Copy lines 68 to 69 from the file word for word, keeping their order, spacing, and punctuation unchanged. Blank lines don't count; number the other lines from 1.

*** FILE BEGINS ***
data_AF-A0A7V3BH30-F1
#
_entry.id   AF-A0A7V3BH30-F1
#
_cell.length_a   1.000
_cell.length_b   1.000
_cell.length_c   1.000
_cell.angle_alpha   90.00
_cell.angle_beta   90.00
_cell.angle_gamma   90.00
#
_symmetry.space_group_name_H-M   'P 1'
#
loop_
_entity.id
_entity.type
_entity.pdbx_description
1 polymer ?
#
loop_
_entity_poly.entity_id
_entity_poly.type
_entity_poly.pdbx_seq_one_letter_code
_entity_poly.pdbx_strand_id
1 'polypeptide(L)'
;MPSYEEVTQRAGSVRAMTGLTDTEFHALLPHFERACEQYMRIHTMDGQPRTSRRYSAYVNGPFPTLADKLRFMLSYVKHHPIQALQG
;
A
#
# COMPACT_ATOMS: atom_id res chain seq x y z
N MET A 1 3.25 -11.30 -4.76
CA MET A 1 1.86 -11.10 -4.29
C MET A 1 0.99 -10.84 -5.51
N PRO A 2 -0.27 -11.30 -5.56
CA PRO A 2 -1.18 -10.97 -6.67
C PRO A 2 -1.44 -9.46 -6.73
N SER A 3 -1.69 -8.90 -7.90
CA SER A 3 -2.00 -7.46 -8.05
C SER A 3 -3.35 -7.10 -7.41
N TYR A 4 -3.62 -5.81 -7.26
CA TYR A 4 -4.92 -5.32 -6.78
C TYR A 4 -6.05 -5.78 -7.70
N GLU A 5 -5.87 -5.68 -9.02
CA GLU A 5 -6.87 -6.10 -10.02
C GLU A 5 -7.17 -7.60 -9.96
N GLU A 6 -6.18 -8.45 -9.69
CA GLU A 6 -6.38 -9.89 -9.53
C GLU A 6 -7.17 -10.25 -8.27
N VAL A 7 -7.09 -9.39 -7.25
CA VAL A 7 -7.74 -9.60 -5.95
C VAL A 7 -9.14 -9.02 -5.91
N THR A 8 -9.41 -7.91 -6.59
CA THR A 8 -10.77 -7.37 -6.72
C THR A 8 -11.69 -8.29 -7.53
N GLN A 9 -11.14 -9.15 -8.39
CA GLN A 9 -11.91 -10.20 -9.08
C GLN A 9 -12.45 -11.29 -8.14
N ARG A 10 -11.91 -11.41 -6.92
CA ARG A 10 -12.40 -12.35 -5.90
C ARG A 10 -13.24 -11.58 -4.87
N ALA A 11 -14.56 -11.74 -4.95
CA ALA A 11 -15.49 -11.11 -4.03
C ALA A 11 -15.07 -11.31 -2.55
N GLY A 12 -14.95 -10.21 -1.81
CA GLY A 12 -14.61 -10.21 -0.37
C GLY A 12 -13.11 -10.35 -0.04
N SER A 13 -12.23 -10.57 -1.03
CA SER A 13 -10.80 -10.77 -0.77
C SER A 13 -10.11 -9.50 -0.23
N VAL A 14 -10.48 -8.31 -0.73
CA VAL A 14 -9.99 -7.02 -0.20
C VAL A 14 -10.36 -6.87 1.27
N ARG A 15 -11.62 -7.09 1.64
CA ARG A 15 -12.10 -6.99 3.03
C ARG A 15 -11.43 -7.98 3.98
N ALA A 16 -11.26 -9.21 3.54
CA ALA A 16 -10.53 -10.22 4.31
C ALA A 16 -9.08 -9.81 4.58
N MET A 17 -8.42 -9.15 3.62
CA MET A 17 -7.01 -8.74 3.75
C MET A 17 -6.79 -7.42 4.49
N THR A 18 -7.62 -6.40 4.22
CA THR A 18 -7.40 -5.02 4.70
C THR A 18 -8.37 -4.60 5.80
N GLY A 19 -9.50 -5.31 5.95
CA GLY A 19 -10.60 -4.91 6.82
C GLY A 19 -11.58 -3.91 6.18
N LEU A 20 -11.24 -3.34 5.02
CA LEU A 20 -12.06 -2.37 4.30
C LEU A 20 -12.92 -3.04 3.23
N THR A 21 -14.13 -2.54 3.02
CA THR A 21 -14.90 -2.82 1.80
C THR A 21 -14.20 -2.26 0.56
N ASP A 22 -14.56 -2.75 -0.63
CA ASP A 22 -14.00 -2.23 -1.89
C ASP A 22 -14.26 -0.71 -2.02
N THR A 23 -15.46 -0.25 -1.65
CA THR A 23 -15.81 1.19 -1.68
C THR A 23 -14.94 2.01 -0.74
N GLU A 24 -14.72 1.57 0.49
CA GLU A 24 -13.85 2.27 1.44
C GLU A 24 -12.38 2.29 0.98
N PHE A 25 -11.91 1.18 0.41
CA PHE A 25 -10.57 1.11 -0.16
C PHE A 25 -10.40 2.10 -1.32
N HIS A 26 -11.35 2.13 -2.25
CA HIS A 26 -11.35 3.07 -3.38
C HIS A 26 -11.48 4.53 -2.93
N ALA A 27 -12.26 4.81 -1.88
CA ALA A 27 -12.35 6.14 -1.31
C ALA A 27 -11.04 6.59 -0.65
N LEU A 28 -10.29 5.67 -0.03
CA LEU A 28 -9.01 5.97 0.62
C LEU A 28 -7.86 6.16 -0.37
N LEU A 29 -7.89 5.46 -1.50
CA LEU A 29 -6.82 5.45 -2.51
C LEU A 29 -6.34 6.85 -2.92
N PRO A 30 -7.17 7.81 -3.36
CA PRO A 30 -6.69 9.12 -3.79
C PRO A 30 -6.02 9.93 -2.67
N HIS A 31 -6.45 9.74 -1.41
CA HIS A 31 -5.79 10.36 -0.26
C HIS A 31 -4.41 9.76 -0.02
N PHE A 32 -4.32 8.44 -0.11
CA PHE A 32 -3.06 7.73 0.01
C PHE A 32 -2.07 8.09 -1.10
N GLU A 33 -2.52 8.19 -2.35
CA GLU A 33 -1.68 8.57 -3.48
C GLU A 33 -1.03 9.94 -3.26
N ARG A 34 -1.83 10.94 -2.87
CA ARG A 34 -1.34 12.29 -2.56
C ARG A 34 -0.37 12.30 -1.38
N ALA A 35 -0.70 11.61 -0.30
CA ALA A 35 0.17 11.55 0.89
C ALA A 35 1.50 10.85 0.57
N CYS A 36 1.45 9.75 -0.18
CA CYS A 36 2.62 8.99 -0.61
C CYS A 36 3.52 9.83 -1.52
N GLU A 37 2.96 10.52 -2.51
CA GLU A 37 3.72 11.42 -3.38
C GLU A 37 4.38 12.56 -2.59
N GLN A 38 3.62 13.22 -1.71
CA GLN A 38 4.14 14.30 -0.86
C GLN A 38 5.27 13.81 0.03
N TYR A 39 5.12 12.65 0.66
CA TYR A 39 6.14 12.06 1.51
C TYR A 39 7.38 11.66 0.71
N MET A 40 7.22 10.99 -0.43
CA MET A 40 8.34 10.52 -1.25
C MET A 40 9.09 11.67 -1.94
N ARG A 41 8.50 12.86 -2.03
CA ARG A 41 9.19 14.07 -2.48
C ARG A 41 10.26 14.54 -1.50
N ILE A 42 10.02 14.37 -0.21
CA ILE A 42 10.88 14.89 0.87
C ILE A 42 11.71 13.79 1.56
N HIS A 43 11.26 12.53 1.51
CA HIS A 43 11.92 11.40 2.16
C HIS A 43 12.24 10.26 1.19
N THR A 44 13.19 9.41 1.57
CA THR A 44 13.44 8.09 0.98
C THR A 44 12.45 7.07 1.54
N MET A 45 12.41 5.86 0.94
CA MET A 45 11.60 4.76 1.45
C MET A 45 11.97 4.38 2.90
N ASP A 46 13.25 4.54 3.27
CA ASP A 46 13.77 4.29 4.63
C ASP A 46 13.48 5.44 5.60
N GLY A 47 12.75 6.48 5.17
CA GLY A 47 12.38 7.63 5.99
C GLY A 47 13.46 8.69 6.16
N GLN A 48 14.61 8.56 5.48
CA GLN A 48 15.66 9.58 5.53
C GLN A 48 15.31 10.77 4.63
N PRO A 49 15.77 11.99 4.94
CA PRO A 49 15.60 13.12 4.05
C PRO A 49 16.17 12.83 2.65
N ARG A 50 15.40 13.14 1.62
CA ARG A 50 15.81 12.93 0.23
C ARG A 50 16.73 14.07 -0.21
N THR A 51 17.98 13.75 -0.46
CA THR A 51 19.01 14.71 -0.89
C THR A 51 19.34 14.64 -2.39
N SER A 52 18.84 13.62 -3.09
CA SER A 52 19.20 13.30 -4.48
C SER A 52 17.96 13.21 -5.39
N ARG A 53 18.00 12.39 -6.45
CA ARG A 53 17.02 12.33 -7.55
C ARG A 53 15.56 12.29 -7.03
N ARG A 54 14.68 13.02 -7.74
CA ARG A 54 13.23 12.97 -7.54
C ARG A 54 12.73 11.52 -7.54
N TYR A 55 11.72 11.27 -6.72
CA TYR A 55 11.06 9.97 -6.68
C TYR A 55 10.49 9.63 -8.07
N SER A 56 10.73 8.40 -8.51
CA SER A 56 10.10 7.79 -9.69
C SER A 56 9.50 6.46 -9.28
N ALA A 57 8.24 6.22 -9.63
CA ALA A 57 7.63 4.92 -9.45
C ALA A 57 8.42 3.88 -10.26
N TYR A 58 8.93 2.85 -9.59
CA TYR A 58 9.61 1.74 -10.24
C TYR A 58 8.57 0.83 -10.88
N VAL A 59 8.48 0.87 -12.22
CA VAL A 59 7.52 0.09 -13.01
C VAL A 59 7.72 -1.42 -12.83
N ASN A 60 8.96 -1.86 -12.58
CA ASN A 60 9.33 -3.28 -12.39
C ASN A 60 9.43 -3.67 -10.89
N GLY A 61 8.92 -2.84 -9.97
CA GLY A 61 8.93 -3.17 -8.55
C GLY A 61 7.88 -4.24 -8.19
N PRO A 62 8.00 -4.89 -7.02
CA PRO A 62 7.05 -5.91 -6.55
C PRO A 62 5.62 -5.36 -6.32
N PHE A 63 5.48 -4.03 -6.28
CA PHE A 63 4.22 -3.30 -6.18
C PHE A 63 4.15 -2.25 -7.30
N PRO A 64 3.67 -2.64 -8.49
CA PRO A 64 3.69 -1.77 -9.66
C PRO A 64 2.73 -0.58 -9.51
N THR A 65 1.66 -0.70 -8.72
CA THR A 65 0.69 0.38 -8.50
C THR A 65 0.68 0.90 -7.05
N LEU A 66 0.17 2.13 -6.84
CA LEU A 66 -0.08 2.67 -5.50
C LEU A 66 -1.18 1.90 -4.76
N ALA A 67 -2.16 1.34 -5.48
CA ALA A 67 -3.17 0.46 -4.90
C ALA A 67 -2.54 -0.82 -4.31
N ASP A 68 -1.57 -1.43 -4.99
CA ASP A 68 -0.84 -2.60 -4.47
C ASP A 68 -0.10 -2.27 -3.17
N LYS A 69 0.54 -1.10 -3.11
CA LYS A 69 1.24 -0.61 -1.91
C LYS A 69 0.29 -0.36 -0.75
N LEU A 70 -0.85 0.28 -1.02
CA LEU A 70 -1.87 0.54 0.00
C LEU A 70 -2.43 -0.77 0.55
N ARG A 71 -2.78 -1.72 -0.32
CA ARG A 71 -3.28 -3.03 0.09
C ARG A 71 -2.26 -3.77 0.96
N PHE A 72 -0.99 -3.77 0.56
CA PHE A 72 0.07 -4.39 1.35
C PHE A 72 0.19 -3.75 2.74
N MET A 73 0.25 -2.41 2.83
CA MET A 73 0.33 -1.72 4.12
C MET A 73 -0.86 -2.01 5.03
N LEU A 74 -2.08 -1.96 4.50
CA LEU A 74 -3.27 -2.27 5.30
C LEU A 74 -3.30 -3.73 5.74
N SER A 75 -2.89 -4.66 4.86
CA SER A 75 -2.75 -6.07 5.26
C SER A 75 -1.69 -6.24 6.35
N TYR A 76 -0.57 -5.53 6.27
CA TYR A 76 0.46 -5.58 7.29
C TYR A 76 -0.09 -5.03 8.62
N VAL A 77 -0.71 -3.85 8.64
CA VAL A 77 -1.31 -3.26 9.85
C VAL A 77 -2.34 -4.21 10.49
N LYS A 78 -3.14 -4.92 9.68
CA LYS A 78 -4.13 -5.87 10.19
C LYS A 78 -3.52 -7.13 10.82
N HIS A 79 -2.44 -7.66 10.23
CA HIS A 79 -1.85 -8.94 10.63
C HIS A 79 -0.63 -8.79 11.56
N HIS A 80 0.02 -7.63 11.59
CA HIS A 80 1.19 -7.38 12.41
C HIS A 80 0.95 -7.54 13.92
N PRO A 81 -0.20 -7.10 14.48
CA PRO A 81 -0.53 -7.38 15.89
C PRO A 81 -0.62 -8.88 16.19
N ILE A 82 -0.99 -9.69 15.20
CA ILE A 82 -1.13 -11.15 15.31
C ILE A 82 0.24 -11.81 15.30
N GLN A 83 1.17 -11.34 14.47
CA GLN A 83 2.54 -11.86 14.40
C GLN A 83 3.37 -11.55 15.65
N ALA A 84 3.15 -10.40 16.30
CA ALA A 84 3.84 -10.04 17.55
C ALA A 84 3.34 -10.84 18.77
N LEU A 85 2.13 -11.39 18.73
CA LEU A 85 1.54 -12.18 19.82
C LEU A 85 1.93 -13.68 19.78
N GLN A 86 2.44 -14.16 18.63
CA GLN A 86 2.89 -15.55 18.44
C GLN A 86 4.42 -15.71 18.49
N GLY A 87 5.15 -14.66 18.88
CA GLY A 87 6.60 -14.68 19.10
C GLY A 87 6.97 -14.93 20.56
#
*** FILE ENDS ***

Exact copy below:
CA SER A 13 -10.80 -10.77 -0.77
C SER A 13 -10.11 -9.50 -0.23